Key milestones

Training IP optometrists in glaucoma management in Scotland

NESGAT project leads, Madeline Harvey-Brown and Dr Alice McTrusty, along with programme director for NHS Education Scotland, Dr Lesley Rousselet, explain how the qualification has developed


1. NHS Education Scotland Glaucoma Award Training (NESGAT) has been designed to equip independent prescriber optometrists with the knowledge and skills to extend their remit to support the shift of appropriate eye care out of hospitals and into the community.

The qualification is delivered within the optometry team at NHS Education for Scotland (NES), with new project leads coming on board at the end of 2021, Madeline Harvey-Brown and Dr Alice McTrusty. The COVID-19 pandemic impacted particularly on our 2020–2021 pilot year of NESGAT, as placement delivery was stalled. We quickly worked to support outcomes being signed off via a mix of remote, simulation-based scenarios and some community shared care work. Whilst August 2021 saw the return of face-to-face clinics, many of the changes we had introduced proved to work very well, so we revised our online delivery to better support future cohorts.

2. The pilot year ran from 2020–2021, and the qualification was awarded to 16 practitioners from four health boards.

The second cohort, in 2021–2022, consisted of 45 practitioners from all across Scotland, necessitating NES building relationships with secondary care colleagues in new health boards.

Moving from the first to the second cohort involved significant evaluation. We gained feedback on the experience of the first cohort of learners, as well as gaining feedback from the educators and supervisors: supporting the NES culture of quality improvement, with feedback guiding improvements.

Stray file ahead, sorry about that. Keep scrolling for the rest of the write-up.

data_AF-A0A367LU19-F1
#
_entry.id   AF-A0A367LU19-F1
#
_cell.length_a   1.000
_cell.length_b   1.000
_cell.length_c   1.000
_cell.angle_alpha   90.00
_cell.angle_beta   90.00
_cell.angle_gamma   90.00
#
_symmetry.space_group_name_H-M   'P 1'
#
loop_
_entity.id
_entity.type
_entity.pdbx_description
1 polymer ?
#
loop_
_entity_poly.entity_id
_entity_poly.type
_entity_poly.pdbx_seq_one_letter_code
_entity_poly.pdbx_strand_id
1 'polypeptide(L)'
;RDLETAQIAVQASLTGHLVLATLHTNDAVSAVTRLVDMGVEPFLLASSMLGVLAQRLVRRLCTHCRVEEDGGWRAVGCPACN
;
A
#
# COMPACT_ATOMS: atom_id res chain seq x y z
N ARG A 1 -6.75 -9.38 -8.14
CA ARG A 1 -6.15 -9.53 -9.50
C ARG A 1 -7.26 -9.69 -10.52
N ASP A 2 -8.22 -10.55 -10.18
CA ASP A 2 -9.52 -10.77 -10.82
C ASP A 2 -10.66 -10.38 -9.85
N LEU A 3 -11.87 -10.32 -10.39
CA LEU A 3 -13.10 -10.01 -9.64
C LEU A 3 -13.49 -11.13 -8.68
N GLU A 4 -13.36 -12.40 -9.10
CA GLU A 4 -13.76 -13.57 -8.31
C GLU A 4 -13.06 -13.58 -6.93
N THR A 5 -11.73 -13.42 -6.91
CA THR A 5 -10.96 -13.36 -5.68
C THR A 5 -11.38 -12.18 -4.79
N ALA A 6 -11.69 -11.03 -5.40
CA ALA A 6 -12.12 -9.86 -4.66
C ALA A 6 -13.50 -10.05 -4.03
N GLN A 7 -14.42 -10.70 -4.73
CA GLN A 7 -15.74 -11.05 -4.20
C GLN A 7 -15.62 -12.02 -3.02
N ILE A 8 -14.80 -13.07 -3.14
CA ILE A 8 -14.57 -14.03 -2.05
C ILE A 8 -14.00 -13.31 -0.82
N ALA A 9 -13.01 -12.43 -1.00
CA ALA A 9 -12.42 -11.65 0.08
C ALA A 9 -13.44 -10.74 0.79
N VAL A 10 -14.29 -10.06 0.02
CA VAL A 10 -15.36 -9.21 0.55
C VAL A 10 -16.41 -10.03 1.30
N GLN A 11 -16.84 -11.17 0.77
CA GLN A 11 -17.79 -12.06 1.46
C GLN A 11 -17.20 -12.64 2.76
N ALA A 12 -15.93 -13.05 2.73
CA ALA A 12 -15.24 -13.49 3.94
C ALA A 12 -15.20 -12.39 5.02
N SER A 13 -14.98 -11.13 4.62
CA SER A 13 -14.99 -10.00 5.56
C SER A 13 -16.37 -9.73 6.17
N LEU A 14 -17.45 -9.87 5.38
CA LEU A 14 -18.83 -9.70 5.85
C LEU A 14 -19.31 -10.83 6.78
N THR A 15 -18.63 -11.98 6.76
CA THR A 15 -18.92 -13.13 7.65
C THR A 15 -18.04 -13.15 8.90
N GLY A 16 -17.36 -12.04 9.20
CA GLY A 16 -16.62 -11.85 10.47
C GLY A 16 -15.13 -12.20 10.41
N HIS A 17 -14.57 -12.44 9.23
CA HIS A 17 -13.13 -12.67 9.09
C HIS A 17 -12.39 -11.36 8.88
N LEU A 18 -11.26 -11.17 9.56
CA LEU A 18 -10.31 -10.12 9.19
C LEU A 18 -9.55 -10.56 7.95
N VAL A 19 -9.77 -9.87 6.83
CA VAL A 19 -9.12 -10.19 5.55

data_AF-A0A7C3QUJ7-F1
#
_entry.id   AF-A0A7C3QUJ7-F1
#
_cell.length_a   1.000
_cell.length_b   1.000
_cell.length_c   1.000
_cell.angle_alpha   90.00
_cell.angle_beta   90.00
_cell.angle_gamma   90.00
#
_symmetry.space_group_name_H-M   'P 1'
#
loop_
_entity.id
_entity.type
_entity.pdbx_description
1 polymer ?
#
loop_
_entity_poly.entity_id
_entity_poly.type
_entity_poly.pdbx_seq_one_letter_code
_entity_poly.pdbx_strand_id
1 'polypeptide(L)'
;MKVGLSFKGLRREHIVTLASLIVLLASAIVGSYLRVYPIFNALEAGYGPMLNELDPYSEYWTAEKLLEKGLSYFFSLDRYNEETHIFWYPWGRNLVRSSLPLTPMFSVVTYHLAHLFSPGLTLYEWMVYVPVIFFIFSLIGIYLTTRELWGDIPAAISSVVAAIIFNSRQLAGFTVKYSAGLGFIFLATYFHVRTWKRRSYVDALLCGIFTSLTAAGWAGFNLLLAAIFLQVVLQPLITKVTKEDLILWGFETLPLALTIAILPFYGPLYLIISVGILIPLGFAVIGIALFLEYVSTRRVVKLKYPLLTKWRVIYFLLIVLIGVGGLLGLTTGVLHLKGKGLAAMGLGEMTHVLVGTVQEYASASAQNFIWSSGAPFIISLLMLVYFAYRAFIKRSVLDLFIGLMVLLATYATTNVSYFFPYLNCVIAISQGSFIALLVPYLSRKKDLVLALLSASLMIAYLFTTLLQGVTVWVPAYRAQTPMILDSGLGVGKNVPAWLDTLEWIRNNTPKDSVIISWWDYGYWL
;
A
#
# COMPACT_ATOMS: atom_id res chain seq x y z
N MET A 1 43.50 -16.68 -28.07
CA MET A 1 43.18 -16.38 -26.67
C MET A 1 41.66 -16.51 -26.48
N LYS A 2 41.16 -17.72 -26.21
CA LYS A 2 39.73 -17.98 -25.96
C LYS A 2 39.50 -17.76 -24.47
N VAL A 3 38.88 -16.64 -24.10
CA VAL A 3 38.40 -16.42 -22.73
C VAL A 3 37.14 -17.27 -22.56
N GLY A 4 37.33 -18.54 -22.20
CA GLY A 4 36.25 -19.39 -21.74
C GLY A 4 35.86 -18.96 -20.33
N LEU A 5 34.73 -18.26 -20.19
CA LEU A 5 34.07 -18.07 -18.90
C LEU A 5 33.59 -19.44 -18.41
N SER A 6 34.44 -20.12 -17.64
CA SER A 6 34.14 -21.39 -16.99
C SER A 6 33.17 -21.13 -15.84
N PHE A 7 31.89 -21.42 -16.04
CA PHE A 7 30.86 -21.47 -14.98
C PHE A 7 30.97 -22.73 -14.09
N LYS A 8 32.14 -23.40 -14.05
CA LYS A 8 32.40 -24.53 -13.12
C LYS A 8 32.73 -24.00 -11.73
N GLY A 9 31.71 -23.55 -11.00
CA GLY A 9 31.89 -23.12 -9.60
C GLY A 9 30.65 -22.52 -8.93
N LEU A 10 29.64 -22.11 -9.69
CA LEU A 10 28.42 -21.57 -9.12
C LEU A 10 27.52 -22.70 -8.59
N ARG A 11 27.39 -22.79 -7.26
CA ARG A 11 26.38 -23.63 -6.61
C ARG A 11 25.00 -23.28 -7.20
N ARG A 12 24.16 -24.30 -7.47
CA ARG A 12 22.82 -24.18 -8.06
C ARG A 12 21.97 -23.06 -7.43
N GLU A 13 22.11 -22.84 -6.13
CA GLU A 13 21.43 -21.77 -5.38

Feedback so far has highlighted wide benefits from NESGAT, with many practitioners reporting overall changes to how they approach their professional practice


Throughout, NES has benefitted from excellent support from secondary care colleagues: specialist optometrists and consultant ophthalmologists have supported delivery of placements and the generation of learning and assessment material, as well as taking on supervisor and assessor roles. Their involvement has ensured high standards, but also given further opportunity to strengthen the relationship between primary and secondary eye care delivery in Scotland. This has added to the confidence around primary care optometry being a safe and efficient place to support care of appropriate cases of ocular hypertension and glaucoma.

3. A significant change from the pilot year was the introduction of an educational supervisor for each learner.

These are experienced (glaucoma) optometrists who guide the NESGAT optometrists’ training and assess their development overall throughout the duration of the training programme.

NES strongly supports development around the pillars of advanced practice, which can be categorised as clinical practice, facilitating learning, leadership and evidence, and research and development. This led to us engaging with the NESGAT pilot year graduates, encouraging them to support education around glaucoma care. For example, at our 2021 NES Prescribers Conference NESGAT optometrists presented a session on cases they had managed in the community. They also support the delivery of webinars.

4. 2021 saw the introduction of a new workstream in NES, mentoring for NESGAT qualified optometrists.

This work, led by Yvonne McTaggart, has supported proposals on developing a network of mentors within the community setting.

Aside from opening opportunities to practitioners for services that discharge care to community practices, feedback so far has highlighted wide benefits from NESGAT, with many practitioners reporting overall changes to how they approach their professional practice. As such, NES will look to continue delivery, perhaps widening the audience for elements of the training.

NESGAT has led to glaucoma specific teach and treat clinics, which are proving invaluable continuing professional development and a further chance to strengthen relationships between primary and secondary care. NES will be looking at ways to continue these valuable clinics, as well as continuing our work on mentoring for NESGAT optometrists and providing them with opportunity to develop their pillars of advanced practice.

5. The NES optometry team has learnt a lot through the delivery of NESGAT.

We are currently using our learnings to guide the design and delivery of a new education programme to support the care of patients with low vision in the community, as well as a course to support the management of adults with incapacity.